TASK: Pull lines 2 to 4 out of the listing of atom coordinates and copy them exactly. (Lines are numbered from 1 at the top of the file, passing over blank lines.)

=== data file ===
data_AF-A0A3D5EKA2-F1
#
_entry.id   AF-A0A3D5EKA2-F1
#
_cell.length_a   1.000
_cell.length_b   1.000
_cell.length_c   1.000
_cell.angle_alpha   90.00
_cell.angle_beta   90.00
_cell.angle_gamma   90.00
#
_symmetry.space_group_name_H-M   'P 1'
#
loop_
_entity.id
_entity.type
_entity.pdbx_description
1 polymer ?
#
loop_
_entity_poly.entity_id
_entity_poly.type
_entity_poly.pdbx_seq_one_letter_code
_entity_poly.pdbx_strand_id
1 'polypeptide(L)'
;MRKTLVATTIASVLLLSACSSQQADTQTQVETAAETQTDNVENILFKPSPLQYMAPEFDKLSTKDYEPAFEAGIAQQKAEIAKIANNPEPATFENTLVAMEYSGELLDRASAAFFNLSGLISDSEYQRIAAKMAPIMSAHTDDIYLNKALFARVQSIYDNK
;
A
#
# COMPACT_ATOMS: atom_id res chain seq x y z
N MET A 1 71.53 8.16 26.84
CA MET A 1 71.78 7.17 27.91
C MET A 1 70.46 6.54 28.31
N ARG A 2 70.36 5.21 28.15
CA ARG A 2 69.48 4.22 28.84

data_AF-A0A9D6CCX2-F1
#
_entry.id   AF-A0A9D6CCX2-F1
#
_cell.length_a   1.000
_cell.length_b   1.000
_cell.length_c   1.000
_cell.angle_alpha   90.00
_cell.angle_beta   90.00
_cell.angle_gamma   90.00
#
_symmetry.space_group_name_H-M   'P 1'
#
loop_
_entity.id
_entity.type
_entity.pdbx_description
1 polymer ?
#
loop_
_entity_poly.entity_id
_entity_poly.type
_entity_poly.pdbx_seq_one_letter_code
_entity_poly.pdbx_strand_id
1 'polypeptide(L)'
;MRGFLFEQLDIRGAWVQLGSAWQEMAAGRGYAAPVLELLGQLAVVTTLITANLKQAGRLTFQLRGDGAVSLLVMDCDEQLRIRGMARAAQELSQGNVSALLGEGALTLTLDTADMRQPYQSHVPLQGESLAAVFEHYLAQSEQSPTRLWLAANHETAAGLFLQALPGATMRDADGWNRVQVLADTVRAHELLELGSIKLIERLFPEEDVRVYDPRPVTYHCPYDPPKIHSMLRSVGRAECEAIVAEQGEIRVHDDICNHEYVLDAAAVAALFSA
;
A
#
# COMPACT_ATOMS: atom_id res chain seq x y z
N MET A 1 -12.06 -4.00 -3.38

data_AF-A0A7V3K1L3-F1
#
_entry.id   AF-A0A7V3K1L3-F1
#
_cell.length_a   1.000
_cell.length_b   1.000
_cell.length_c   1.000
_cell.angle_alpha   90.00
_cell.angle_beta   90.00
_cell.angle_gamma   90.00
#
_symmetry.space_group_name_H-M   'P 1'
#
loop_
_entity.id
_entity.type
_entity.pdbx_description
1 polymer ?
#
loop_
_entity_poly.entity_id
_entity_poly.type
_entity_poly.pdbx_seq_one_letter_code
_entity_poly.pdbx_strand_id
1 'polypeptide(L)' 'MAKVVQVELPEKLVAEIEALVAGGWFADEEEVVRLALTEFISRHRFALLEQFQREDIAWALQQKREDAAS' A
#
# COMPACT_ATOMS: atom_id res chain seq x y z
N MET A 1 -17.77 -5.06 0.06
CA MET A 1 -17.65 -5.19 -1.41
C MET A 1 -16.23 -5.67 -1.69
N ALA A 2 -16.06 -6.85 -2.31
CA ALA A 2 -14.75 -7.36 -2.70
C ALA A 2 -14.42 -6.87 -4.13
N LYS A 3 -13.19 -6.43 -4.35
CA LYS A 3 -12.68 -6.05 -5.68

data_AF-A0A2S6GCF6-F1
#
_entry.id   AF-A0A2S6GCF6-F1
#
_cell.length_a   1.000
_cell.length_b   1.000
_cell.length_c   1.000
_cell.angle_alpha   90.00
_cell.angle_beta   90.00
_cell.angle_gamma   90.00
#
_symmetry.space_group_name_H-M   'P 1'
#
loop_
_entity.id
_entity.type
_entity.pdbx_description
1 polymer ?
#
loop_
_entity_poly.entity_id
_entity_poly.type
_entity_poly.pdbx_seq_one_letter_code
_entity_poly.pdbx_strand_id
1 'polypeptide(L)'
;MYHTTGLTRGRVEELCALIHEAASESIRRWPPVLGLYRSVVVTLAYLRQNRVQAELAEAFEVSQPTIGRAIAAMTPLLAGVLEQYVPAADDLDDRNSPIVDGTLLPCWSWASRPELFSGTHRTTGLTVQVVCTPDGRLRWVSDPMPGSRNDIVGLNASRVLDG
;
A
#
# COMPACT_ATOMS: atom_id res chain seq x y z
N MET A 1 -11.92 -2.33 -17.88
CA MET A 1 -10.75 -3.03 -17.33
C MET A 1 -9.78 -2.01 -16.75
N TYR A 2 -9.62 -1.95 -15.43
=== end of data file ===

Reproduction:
#
_entry.id   AF-A0A3D5EKA2-F1
#